Rasool could be forced to fly back to face music

Speculation is mounting in ANC circles that Ebrahim Rasool, the former Western Cape premier who is South Africa’s ambassador to the US, could be recalled from Washington.

The rumour mill went into overdrive at the ANC centenary celebrations in Mangaung last weekend, with party members saying they had heard that Rasool would have to return to South Africa to face the music and defend himself after he was implicated in the “brown-envelope” scandal.

Rasool was appointed South Africa’s ambassador to Washington in 2010 under a cloud, amid allegations that he paid journalists to write articles favourable to his administration while he was premier of the Western Cape.

Although the department of international relations and cooperation has strongly denied that Rasool could be recalled, ANC sources have claimed that former ANC youth league secretary general Vuyiswa Tulelo has been earmarked as a possible replacement for Rasool.

However, the director of media relations in the department, Nelson Kgwete, said the rumours were unfounded. “There are no negotiations taking place with ambassador Rasool,” said Kgwete. “He remains in his key post.”

The Cape Argus published an article in July 2010, based on an affidavit by its former political journalist Ashley Smith, in which he alleged that he and the newspaper’s former political editor Joe Aranes were paid through a media company he co-owned to write stories to further Rasool’s political career.

Both Rasool and Aranes have denied the claims.

Testy relationship
While Rasool was packing his bags for Washington, calls grew within the provincial ANC and opposition parties for President Jacob Zuma to withdraw his candidacy after ANC secretary general Gwede Mantashe confirmed Rasool had been fired because of the allegations.

Rasool is believed to be travelling abroad and attempts to reach him for comment this week were unsuccessful. However, any moves to replace him in Washington might not go down well, as Rasool is considered to be well liked by the Americans, with his presence seen as an important emollient in what is an increasingly testy relationship.

Hawks spokesperson McIntosh Polela did not respond to a query from the Mail & Guardian about the progress of the police investigation into the scandal.

This week, some ANC sources claimed that Rasool was coming back to face possible criminal charges over the scandal, and others claimed he was being called back to sort out the ANC in the province with his nemesis, Mcebisi Skwatsha.

One source said Rasool’s possible recall could be based on the damaging submission of corruption allegations by Western Cape director general Brent Gerber to the Hawks, and possibly also on the findings of an internal ANC investigation that was conducted some years ago into the matter.

“The ANC is pre-empting the outcome of the criminal process started by the Democratic Alliance (DA) government, a process that could see Rasool facing criminal charges,” said the source. “It would be damaging to the ANC to be seen to be covering up.”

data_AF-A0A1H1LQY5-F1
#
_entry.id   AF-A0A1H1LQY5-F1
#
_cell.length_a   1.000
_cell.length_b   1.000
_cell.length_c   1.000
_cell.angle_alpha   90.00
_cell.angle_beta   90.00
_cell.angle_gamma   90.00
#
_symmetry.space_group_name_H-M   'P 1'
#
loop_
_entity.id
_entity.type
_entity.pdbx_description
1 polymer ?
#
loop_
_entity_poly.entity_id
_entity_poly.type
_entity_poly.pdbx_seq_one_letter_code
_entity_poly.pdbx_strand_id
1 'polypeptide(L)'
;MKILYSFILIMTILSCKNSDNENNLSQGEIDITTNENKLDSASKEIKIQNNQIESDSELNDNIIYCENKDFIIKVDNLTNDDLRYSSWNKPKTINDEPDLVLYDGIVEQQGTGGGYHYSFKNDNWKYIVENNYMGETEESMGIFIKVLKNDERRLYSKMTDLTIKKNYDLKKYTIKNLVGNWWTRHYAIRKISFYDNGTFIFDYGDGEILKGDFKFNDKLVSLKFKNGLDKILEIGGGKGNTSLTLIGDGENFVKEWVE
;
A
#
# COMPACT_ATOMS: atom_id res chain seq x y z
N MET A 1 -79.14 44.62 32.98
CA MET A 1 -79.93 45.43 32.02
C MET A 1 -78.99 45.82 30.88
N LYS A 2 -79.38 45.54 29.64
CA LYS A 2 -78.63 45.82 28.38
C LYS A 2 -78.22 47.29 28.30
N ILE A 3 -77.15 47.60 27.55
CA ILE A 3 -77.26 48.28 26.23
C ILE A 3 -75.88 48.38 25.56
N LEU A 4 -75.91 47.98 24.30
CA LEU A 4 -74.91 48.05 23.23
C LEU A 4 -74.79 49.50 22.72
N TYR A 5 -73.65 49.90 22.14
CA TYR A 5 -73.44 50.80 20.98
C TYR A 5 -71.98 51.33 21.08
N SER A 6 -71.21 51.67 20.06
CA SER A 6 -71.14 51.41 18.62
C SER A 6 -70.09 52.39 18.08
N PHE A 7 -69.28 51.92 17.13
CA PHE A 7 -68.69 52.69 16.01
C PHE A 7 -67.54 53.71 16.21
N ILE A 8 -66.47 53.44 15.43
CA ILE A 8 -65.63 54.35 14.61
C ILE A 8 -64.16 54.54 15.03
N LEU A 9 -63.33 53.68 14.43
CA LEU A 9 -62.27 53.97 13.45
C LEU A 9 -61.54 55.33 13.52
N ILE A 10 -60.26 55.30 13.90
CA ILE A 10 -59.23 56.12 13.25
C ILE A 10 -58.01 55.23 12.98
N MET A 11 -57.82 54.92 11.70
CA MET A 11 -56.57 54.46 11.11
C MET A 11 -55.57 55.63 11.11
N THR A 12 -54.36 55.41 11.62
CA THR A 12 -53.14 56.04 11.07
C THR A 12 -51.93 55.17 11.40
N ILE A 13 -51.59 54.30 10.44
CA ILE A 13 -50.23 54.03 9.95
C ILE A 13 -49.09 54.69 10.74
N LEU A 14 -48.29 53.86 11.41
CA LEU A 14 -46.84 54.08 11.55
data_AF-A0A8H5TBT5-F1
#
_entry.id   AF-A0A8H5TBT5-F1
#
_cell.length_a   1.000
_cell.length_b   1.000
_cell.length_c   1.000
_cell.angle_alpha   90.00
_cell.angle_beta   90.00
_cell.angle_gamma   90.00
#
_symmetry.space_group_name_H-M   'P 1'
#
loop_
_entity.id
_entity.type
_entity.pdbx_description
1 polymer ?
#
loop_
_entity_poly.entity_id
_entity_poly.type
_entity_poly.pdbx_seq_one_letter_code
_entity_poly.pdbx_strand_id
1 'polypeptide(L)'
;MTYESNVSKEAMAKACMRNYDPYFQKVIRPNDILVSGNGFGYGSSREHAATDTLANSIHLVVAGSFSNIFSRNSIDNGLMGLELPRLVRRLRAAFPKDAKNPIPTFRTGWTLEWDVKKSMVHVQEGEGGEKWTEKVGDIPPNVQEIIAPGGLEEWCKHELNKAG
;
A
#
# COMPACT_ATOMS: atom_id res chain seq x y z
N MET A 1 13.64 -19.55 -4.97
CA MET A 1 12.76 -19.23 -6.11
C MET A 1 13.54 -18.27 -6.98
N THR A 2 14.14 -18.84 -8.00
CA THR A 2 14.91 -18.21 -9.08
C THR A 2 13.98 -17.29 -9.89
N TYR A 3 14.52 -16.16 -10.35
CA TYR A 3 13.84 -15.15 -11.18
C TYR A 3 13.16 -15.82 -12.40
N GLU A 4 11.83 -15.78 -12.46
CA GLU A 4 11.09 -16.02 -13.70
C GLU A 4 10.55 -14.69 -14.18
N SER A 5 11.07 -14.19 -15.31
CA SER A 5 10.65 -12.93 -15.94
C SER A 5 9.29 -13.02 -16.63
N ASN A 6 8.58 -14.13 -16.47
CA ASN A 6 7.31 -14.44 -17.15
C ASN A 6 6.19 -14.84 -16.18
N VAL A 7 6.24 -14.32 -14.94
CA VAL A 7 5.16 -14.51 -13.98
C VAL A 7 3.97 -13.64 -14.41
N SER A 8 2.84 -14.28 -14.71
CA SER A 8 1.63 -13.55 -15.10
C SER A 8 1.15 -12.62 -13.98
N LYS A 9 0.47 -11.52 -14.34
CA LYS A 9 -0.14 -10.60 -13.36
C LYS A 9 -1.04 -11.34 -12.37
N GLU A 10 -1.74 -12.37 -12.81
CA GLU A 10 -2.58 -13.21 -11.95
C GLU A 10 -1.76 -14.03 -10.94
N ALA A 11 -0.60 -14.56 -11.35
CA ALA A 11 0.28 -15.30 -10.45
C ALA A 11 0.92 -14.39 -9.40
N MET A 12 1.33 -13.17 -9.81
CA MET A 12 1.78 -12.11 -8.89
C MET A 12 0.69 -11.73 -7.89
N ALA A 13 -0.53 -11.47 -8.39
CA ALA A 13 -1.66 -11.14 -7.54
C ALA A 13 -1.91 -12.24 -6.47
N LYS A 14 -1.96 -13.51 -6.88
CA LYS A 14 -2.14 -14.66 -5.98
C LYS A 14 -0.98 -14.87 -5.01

An ANC national executive committee (NEC) member said they had heard about the recall “in Mangaung and not in a formal way”.

Unconvincing reasons
“I heard that it was for a relatively good reason that he [Rasool] has to sort out the brown-envelope scandal. The other unconvincing reason was that he has to come and sort out the [ANC in the] province with Skwatsha,” said the NEC member.

On Wednesday, Tulelo denied that she was going to Washington as an ambassador, but said that when she was in Bloemfontein last weekend, people were referring to her as ambassador.

“There is no such thing. I heard it in Bloemfontein, people saying: ‘Hi, ambassador’. I cannot confirm something that has not come to me,” she said. But a former ANC Youth League executive member close to Tulelo said he was positive that she was going to Washington and that she wanted to go.

“Of course she wants to keep it under wraps as Gwede [Mantashe, the ANC secretary-general] can always change his mind on this deployment,” said the source.

In August 2010, the DA-led Western Cape government submitted a report of “alleged corruption against Rasool and others” to the police commercial crimes unit. The dossier related to allegations that journalists were paid to spin stories in Rasool’s favour.

At the time, Western Cape premier Helen Zille said this was the procedure required by the Prevention of Corrupt Activities Act. “The report, which has been compiled by the forensic unit of the provincial administration, deals with the allegations of corruption involving contracts with communications companies during the premiership of Mr Rasool,” she said.

According to Zille, about R80-million was paid to three communications companies over four years, allegedly all linked to one another. “It is also alleged that this money was filtered for various purposes, including the alleged payments to journalists,” she told the provincial parliament. “It is essential to follow the path of the full R80-million and it is for this reason that we call for lifestyle audits of key politicians in high posts during the Rasool era.”

Glynnis Underhill

Glynnis Underhill

Glynnis Underhill has been in journalism for more years than she cares to remember. She loves a good story as much now as she did when she first started. The only difference is today she hopes she is giving something back to the country.
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